These are most likely infrastructure challenges you will encounter outside the native domain:
- Outlook desktop client: access to MSCRM platform services
- Outlook laptop client: desktop + go offline and online
- Exchange: Routing of incoming e-mails to MSCRM users and queues
- SQL Server Reporting Services: access to SRS services for reporting
If you have multiple AD forests without explicit trusts, then the users not in the native domain will get only basic MSCRM functionality; the web client over HTTPS with basic authentication. These users will not be able to use neither the online nor the offline Outlook client (MSCRM desktop / laptop client) as they are not logged on to the domain. Note that such users will not get full reporting functionality with SQL Server Reporting Services (SRS) in this scenario.
If you have multiple Exhange organizations without explicit trusts; then the users not in the native organization (forest) will get only basic send e-mail functionality, the 'e-mail router' will not be able to automatically route incoming e-mails as the mailboxes are not in the native organization. In addition, the router cannot access the native AD domain when not explicitly trusted.
If you have users in an NT4 domain with a one-way trust from the native domain, these users will be able to use both the web and desktop client. They will not be able to use the laptop client as they cannot go off/online, incoming e-mail will not be routed to them, and they will not get full reporting functionality.
Then an overview of how can a multi AD forest and Exchange organization be configured to support full MSCRM functionality:
First of all, forget getting full MSCRM functionality for NT4 domains. Microsoft does not support NT4 anymore, so your're on your own.The good news is that your users across several AD forests will be able to get the full spectrum of functionality available in MSCRM 3.0. This will just require some configuration of your infrastructure.
The most important aspect is that you have to add at least one-way trusts from the native MSCRM domain to the other domains. Trusting requires a LAN, WAN, or VPN connection between your domains. Support for full MSCRM over plain HTTPS is not possible.
The MSCRM Outlook client requires Windows Authentication / Kerberos against the native AD domain and usage of the default security credentials on the client PC. Thus, by adding one-way trusts, your users will be able to use both the MSCRM desktop client and the laptop client. Sending e-mail will of course work, while routing of incoming e-mails to users and queues will require some more configuration (see below).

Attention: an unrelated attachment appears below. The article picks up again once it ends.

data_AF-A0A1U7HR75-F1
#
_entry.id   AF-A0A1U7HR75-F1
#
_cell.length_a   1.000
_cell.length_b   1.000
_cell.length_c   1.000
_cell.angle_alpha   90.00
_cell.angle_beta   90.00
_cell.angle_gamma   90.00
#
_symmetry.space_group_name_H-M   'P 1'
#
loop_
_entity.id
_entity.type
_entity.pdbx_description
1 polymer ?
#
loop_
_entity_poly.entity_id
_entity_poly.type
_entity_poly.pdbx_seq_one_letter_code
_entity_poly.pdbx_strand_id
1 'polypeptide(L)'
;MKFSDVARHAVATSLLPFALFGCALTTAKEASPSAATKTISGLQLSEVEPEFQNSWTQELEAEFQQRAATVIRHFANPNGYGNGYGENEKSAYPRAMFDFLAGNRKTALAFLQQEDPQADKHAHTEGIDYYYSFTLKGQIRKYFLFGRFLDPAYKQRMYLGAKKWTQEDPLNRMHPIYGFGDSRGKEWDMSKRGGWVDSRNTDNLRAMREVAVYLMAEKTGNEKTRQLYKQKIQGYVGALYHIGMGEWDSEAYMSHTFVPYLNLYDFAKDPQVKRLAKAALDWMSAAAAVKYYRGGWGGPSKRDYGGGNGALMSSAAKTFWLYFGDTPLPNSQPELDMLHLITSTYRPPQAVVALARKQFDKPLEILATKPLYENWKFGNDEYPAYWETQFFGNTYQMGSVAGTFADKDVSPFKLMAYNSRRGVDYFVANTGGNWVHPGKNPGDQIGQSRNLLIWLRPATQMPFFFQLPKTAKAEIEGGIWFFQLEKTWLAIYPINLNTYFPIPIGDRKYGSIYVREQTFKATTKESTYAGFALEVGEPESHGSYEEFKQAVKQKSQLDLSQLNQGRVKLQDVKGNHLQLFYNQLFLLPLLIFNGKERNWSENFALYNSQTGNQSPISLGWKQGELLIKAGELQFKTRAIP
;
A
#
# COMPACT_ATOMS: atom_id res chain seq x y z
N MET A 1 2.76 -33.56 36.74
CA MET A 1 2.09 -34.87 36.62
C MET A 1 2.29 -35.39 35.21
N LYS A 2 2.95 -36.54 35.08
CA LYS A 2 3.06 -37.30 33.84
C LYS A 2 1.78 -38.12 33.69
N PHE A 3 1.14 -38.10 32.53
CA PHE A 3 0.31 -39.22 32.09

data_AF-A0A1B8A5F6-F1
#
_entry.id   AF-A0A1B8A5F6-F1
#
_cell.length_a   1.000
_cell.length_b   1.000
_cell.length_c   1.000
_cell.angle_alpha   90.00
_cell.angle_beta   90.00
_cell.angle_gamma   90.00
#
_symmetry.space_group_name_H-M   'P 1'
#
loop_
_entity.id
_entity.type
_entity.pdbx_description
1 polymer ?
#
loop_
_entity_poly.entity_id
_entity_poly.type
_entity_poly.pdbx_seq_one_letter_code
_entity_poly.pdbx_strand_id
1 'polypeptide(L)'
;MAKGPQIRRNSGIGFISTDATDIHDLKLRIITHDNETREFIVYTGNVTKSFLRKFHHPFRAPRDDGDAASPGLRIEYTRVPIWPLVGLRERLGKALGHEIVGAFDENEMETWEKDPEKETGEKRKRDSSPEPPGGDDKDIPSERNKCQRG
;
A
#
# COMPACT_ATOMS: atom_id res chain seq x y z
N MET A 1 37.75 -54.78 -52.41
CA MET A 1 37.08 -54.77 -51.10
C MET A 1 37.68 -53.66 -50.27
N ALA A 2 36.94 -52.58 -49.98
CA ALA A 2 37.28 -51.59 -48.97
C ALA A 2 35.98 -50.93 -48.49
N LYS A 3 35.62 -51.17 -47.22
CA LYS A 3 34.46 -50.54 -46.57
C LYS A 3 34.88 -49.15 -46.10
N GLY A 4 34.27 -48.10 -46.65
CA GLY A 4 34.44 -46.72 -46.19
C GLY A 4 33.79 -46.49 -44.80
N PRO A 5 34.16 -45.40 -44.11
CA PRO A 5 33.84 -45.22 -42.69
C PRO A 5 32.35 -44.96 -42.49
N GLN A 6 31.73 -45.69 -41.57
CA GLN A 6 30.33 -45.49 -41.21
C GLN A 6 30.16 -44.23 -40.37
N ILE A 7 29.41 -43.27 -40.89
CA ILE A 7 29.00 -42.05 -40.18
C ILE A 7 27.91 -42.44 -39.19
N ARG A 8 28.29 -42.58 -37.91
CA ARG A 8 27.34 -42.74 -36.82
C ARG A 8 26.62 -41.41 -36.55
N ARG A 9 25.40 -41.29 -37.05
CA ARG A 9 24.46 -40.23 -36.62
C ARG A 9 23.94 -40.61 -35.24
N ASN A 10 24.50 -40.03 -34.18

Note that basic SRS reporting functionality will be available with just one-way trusts. For full reporting functionality, two-way trusts are needed between the AD forests. Alternatively, you need to configure a fixed identity on the clients for accessing the SRS reports (KB article to be published).
MSCRM 3.0 now supports having multiple Exchange servers in your native Exchange 'organization', including Exchange clusters. It is no longer required that you have a single Exchange server handling all incoming internet e-mails for your 'organization', as the functionality of the MSCRM e-mail router has changed in v3.0.
The v1.2 router had this limitation, which made it impossible to have one common MSCRM database in a company with multiple Exchange organizations (mail domains). E.g. I work in a company with several daughter companies and thus mail domains (itera.no, objectware.no, gazette.no, etc). This meant that with v1.2 we could not get full mail functionality in MSCRM. With MSCRM 3.0, we finally can.
The router no longer inspects all incoming mail messages, but rather a specific MSCRM mailbox.
The inspection of all incoming mails have been replaced by Exchange rules that must be deployed to each Exchange server that contain one or more mailboxes of MSCRM users and queues.
Click to enlarge figure
The Exchange rules, the MSCRM mailbox and the E-mail Router by default require mailboxes to be in the native domain and native 'organization', as the router must be able to access the MSCRM platform services to do its work.
You can deploy the mail routing rules and components to other Exchange organizations, provided that you configure the routing service to use an identity that has access to the MSCRM platform services. This will of course require that you have at least a one-way trust between the AD domains.